The Broadway Performance Hall
December 15 - 23, 2006
For Tickets: Ticket Window
Surely you have been told about Charles Dickens, the famous writer notorious for his classical literature, but did you also know he is a musical playwright? This premise opens up A Tap Dance Christmas Carol, a morphing production now in its 7th year of annual Christmas Cheer. This show finds its roots in the minds and feet of Cheryl Johnson and Anthony Peters, renowned tap dancers, owners of the Johnson & Peters Tap Studio in Greenlake, and directors, choreographers, and stars of this show. This year’s production continues their tradition of intriguing dance, unique twists on the classic tale, a jazzy orchestra, and an overall ambience of warmth, humor and Christmas spirit.
The cool, bluesy and upbeat arrangements from the talented three piece orchestra (directed by Clayton Murray) weave their way through solo performances, scene changes, and dance after dance in their intimate role with the action onstage. The intricate involvement of the orchestra onstage and in the show helps to compliment the feelings and emotions expressed by the characters. Instruments even take center stage to stimulate the audience with unique arrangements of classic favorites, making the show not only a musical, but a mini concert of three very talented musicians.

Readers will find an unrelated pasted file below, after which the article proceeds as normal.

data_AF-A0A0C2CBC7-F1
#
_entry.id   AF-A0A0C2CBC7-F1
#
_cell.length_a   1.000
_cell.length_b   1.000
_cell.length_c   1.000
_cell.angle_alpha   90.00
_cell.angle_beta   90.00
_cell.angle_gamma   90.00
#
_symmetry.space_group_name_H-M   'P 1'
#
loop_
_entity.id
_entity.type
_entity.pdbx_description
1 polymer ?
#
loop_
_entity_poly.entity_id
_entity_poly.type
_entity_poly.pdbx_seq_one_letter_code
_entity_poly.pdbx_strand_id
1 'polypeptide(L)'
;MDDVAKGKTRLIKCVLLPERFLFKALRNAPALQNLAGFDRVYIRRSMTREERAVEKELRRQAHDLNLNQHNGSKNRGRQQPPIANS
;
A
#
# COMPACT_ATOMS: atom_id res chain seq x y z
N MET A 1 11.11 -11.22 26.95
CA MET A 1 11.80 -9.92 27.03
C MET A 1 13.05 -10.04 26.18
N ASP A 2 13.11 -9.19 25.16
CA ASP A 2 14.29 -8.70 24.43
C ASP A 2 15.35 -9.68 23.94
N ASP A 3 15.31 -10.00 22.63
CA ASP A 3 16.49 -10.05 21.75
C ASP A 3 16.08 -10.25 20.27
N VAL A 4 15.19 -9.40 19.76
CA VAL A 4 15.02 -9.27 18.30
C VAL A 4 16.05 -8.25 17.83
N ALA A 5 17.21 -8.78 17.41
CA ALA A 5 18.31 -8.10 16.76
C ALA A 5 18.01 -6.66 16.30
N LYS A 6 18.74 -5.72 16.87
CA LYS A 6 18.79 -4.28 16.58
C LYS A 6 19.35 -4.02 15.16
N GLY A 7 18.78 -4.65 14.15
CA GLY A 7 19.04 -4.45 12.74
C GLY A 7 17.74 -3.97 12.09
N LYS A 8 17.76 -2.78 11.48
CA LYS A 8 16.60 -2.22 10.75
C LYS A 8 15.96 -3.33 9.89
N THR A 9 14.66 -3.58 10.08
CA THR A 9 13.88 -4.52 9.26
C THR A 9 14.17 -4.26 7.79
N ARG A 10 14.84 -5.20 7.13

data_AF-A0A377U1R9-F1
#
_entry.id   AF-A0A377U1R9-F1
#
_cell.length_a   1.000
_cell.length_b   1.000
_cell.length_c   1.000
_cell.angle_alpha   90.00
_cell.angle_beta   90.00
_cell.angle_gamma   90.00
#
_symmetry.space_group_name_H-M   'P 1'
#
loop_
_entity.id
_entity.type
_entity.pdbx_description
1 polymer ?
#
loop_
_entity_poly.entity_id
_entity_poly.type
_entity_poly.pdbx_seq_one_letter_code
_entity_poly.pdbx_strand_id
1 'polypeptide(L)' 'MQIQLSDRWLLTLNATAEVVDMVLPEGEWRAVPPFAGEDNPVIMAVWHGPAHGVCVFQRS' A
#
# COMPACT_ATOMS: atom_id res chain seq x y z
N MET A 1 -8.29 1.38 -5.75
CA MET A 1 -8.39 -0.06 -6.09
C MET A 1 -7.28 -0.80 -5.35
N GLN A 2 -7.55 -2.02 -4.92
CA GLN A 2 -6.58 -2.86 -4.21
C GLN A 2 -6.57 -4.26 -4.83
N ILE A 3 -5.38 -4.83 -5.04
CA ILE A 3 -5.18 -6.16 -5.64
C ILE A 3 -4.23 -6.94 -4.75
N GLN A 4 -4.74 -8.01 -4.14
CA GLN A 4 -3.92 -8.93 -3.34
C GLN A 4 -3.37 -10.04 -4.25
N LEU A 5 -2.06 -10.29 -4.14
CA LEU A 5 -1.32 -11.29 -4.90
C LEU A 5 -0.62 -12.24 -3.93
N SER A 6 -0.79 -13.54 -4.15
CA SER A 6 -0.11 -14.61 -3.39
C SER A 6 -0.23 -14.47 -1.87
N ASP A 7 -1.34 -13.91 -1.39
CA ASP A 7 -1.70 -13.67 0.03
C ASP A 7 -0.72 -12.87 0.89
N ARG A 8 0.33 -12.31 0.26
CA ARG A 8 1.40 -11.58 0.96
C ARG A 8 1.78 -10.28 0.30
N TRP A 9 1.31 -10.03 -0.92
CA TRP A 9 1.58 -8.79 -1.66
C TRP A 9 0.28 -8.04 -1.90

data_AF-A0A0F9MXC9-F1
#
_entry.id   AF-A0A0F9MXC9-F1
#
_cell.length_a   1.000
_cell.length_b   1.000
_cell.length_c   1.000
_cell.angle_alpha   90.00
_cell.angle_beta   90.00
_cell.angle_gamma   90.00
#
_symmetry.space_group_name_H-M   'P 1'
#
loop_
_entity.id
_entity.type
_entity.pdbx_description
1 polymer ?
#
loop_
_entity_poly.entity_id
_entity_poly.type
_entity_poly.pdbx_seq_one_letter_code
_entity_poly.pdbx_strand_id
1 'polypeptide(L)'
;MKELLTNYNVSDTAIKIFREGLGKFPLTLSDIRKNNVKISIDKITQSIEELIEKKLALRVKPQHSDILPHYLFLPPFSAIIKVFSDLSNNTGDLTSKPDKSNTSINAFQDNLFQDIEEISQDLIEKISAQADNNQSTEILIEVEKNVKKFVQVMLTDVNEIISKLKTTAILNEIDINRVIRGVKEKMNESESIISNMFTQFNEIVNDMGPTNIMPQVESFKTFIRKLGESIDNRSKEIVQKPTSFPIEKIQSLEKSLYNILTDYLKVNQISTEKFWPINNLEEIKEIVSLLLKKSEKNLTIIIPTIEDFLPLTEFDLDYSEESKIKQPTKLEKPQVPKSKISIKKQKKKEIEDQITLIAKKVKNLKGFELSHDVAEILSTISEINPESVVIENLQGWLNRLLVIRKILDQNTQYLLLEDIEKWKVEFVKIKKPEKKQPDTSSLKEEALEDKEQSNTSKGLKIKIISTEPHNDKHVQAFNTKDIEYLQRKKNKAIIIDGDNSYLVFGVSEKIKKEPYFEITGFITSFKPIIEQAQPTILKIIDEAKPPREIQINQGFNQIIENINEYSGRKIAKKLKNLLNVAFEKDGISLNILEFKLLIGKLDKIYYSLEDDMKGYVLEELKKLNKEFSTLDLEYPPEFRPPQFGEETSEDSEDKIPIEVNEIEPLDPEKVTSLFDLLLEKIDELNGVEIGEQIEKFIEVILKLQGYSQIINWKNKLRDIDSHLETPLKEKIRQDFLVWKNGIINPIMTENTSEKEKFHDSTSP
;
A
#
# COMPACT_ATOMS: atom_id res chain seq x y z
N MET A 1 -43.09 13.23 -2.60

With the band occupying upstage and a great deal of action and dance tapping through the foreground, a minimal set by Seattle Scenic Studios is used to compliment the emphasis on lighting design by Richard Schaefer. The crafty use of lighting shows detailed changes from narration to action, and specifically depicts atmospheric emotion, from warm, as in the Cratchit household, to cool, as in the solo orchestra numbers throughout the show, to dark and deadly in the graveyard. Each skillfully lighted moment helps to aid in the development of plot, character and atmosphere.
From the moment the first actor speaks, humor becomes a central motif. Through overly corny jokes (specifically a traditional reference to Geico auto Insurance), script writing (playing off the original Dickens’ story), and even costume design (a light up tux at the top of the 2nd act) a lighter, comedic attitude is taken towards the story.
Tying the show together is the beautiful footwork of the tap dancers as they perform newly choreographed pieces and old classics, modified and seasoned from years past. Besides the shear enjoyment of the art of tap, its role went beyond this to take on specific roles in the show. Whenever Ebenezia Scrooge was destined to learn something from the ghosts, it was through joining the visions in dance. It is also through dance that she experienced the truth of Christmas by sharing a gorgeous, moving tap piece with her niece, Frieda (Jessie Sawyers). A Tap Dance Christmas Carol offers a unique way to experience the holidays, through the 23rd,with a cast of talented and energetic tappers.
Review By Rick Skyler